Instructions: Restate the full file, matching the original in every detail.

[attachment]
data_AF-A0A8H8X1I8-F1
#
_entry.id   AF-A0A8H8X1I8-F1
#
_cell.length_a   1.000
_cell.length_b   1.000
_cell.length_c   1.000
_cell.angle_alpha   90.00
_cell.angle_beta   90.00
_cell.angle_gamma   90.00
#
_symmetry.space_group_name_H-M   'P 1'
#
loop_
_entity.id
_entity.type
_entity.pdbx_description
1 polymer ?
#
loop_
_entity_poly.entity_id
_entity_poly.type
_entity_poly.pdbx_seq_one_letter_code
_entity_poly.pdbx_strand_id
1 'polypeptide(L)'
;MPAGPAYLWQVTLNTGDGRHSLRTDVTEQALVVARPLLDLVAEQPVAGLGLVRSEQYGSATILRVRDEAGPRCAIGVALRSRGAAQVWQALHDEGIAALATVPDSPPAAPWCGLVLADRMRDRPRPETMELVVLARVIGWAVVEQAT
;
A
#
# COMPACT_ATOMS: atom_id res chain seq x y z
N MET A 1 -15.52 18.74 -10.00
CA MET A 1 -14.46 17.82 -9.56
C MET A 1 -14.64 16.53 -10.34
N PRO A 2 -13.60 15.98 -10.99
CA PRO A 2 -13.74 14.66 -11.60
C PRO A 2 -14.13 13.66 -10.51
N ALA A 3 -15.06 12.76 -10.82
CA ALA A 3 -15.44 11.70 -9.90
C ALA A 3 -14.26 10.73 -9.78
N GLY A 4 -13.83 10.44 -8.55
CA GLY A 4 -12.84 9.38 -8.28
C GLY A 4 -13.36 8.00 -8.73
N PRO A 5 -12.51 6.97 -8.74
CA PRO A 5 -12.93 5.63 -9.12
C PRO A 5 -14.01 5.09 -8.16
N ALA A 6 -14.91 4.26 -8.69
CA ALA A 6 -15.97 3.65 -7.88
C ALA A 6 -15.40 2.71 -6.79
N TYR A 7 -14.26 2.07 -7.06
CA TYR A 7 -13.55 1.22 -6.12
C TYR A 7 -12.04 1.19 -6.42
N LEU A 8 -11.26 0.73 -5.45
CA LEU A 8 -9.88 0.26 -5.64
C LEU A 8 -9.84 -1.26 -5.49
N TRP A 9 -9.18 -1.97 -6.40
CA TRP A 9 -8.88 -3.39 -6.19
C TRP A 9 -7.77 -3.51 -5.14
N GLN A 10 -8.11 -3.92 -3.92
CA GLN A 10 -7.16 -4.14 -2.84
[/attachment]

data_AF-A0A8H8X1I8-F1
#
_entry.id   AF-A0A8H8X1I8-F1
#
_cell.length_a   1.000
_cell.length_b   1.000
_cell.length_c   1.000
_cell.angle_alpha   90.00
_cell.angle_beta   90.00
_cell.angle_gamma   90.00
#
_symmetry.space_group_name_H-M   'P 1'
#
loop_
_entity.id
_entity.type
_entity.pdbx_description
1 polymer ?
#
loop_
_entity_poly.entity_id
_entity_poly.type
_entity_poly.pdbx_seq_one_letter_code
_entity_poly.pdbx_strand_id
1 'polypeptide(L)'
;MPAGPAYLWQVTLNTGDGRHSLRTDVTEQALVVARPLLDLVAEQPVAGLGLVRSEQYGSATILRVRDEAGPRCAIGVALRSRGAAQVWQALHDEGIAALATVPDSPPAAPWCGLVLADRMRDRPRPETMELVVLARVIGWAVVEQAT
;
A
#
# COMPACT_ATOMS: atom_id res chain seq x y z
N MET A 1 -15.52 18.74 -10.00
CA MET A 1 -14.46 17.82 -9.56
C MET A 1 -14.64 16.53 -10.34
N PRO A 2 -13.60 15.98 -10.99
CA PRO A 2 -13.74 14.66 -11.60
C PRO A 2 -14.13 13.66 -10.51
N ALA A 3 -15.06 12.76 -10.82
CA ALA A 3 -15.44 11.70 -9.90
C ALA A 3 -14.26 10.73 -9.78
N GLY A 4 -13.83 10.44 -8.55
CA GLY A 4 -12.84 9.38 -8.28
C GLY A 4 -13.36 8.00 -8.73
N PRO A 5 -12.51 6.97 -8.74
CA PRO A 5 -12.93 5.63 -9.12
C PRO A 5 -14.01 5.09 -8.16
N ALA A 6 -14.91 4.26 -8.69
CA ALA A 6 -15.97 3.65 -7.88
C ALA A 6 -15.40 2.71 -6.79
N TYR A 7 -14.26 2.07 -7.06
CA TYR A 7 -13.55 1.22 -6.12
C TYR A 7 -12.04 1.19 -6.42
N LEU A 8 -11.26 0.73 -5.45
CA LEU A 8 -9.88 0.26 -5.64
C LEU A 8 -9.84 -1.26 -5.49
N TRP A 9 -9.18 -1.97 -6.40
CA TRP A 9 -8.88 -3.39 -6.19
C TRP A 9 -7.77 -3.51 -5.14
N GLN A 10 -8.11 -3.92 -3.92
CA GLN A 10 -7.16 -4.14 -2.84